Enter two friends: Marilyn Marable and Lee Pillsbury. Overnight they organized a benefit show at Alley Katz, a Shockoe Bottom live stage. The all-star lineup included; Plunky & Oneness, Rene Marie, Jazz Poets Society, Bio Ritmo, The Deprogrammers/Good Guys (a combination of the two bands), Car Bomb, Inc., The Nighthawks, Helel, and Fighting Gravity.
Of the night of the Alley Katz extravaganza, Stanley says: �"The most humbling thing was when they put that benefit on.�"
Today, cancer free and undergoing no cancer-related treatment, he laughs at an unflattering photograph of a somewhat wan-looking Eric E that accompanied an article about the benefit. �"When I saw that picture of me I thought I was dying."�
Since then the American Cancer Society has approached him about acting as a spokesman for the organization, speaking to groups of men on the importance of testing.
�"Since I'�m exercising and eating better, I may be healthier than I was,"� says the ever upbeat Stanley. �"Last year, I was diagnosed and treated for cancer. Thanks to God, a real good woman [the previously mentioned Marilyn Marable], a good doctor, and the mojo [a green bag of mysterious herbs, bone powder, etc. he picked up in New Orleans years ago] I keep in my pocket, I'm still here and laughing at you.�"
Sunday Night Live
Now that Eric E is back in the saddle, the last Arbitron ratings book [as of this writing] reported that the Bebop Boogie & Blues Revue had already shot to a close second to WCDX-FM, Power 92, in his time-slot, among listeners in the 25-to-54 demographic.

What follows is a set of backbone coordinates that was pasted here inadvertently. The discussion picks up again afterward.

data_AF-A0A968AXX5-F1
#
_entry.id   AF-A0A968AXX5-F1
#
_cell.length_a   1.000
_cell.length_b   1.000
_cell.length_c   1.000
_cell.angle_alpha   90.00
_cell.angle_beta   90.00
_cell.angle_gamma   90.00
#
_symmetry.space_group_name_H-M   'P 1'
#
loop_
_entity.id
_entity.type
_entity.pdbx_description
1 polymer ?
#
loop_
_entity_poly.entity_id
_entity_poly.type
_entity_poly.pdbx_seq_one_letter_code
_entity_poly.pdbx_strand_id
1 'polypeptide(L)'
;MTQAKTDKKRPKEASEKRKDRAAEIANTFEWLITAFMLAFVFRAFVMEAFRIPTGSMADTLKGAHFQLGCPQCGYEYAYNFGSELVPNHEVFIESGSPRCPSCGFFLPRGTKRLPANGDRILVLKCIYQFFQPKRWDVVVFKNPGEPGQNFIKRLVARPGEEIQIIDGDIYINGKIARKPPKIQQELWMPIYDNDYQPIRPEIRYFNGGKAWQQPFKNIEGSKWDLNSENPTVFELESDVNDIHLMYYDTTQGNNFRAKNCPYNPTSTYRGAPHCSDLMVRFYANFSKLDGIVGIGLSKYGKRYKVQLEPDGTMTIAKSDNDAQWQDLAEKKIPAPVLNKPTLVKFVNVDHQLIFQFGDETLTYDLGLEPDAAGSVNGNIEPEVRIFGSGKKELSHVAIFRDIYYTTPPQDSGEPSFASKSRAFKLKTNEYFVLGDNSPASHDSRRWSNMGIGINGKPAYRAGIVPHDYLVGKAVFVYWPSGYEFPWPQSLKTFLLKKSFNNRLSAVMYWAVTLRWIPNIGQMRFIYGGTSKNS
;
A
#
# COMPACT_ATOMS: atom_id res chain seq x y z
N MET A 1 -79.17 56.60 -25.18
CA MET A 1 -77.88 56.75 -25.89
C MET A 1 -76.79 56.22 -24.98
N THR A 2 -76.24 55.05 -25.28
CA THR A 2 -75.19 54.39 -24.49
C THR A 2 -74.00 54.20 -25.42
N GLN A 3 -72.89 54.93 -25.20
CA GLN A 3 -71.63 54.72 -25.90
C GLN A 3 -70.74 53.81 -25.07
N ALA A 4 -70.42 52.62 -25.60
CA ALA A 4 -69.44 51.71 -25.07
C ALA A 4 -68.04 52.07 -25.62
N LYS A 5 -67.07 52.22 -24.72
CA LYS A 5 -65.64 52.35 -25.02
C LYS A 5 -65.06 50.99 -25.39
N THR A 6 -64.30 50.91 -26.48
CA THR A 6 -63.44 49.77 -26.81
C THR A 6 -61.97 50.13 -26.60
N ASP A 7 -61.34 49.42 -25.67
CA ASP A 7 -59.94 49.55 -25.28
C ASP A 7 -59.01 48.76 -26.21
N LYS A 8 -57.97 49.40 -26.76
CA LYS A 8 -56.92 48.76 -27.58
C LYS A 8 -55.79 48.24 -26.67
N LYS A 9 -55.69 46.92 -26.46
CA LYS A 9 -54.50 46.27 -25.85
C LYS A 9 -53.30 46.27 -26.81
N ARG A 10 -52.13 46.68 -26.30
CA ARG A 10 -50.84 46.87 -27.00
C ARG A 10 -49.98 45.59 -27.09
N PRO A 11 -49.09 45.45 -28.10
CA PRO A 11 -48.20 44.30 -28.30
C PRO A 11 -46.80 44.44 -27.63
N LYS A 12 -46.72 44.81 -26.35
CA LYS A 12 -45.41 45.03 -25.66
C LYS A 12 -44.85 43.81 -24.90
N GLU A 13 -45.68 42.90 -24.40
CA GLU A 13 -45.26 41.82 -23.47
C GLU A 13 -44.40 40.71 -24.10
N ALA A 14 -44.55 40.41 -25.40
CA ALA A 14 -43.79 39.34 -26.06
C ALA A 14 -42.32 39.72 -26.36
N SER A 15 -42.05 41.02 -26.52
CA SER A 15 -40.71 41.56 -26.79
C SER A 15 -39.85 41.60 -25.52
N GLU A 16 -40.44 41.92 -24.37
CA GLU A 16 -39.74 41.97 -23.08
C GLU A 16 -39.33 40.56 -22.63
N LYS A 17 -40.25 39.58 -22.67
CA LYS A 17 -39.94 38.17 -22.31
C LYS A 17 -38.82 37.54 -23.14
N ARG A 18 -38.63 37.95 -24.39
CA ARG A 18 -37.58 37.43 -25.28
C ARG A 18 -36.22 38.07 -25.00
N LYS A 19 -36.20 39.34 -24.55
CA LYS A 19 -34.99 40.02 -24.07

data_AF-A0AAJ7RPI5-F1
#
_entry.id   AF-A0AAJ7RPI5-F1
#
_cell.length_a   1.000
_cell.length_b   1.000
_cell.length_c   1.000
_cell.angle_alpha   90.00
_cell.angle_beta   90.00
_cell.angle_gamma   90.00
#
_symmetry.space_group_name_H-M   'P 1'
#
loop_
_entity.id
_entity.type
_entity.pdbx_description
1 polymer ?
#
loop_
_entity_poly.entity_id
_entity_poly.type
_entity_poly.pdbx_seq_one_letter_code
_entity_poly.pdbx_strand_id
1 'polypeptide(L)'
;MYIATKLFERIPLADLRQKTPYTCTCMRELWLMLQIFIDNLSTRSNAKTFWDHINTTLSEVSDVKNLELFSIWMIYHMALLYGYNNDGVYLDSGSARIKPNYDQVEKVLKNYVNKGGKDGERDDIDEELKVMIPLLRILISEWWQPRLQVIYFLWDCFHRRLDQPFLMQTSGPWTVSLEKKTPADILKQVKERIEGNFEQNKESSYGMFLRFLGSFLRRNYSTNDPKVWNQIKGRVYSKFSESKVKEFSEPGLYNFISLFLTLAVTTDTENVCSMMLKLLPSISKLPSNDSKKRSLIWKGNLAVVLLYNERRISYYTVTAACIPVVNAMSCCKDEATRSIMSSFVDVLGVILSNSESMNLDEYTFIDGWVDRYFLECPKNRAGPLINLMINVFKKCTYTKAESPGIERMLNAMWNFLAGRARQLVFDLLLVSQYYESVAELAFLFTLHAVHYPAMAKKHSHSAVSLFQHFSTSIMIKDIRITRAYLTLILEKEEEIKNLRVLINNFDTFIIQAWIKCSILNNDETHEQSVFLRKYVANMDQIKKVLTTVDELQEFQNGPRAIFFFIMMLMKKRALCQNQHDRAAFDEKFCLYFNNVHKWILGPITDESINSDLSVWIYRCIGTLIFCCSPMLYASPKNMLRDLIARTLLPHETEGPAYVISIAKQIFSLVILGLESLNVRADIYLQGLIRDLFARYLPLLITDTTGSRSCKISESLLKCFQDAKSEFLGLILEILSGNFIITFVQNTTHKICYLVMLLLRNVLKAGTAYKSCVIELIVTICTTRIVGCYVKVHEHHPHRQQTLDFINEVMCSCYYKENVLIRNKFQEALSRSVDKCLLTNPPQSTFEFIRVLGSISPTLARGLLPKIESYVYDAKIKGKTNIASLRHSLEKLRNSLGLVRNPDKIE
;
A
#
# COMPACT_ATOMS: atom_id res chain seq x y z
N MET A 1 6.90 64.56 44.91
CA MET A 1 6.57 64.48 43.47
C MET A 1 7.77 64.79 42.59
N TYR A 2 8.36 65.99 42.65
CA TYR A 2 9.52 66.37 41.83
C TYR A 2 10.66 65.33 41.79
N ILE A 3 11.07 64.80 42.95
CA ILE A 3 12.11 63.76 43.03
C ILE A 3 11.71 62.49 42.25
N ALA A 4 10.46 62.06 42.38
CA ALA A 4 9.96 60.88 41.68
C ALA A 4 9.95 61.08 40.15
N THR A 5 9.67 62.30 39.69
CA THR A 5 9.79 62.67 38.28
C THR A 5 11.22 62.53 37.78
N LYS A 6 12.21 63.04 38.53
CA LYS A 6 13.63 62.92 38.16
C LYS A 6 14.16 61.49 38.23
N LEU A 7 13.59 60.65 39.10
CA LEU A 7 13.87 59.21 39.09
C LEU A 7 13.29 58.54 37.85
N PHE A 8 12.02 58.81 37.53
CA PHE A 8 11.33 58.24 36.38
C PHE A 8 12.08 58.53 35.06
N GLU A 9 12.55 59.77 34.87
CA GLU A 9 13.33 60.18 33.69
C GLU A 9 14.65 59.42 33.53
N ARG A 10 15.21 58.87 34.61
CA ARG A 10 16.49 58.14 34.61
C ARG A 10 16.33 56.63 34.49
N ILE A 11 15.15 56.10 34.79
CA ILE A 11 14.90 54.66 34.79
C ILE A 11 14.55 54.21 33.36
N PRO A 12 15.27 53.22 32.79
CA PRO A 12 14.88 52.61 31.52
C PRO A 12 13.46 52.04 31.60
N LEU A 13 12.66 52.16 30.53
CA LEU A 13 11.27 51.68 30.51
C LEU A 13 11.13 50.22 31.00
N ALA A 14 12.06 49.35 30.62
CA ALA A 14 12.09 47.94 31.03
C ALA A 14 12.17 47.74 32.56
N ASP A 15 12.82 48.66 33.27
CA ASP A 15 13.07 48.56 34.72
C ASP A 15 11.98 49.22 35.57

So instead of complaining about how lame radio in Richmond can be, the reader is advised to tune in to Eric E. for an escape from the ordinary. On top of its entertainment value, his show is not unlike a class in music history. Yes, Stanley sounds very much the professor as he explains, for example, how Muddy Waters put together the traditional electrified blues ensemble of two guitars, drums and harmonica, with piano on occasion.
In fact, Professor Eric E is teaching a class, American Music: Blues, Hip Hop, Jazz, and Rock �n� Roll, at St. Catherine�s School this semester. So the young ladies on Grove Avenue, nestled up to the Country Club of Virginia, are learning how Chuck Berry took Country & Western songs and gave them a Blues shuffle-beat in order to become a Rock �'n'� Roll pioneer.
Those private school students will also be exposed to Eric E. Stanley'�s well-honed thoughts on the power of music to reach across cultural barriers. Of music'�s ability to bring people of different backgrounds together he says: �"Many times it�'s the hammer that breaks the wall down."�
From the Hilltop Restaurant, by way of countless hours of platter-spinning air-time, Eric Stanley, 52-years-old on February 26 (a birthday he shares with music legends Fats Domino and Johnny Cash), is at the top of his game, again.
Meanwhile, as the former hamburger flipper and dancing drum major would no doubt say at this point, �Gotta go ... �gotta go.�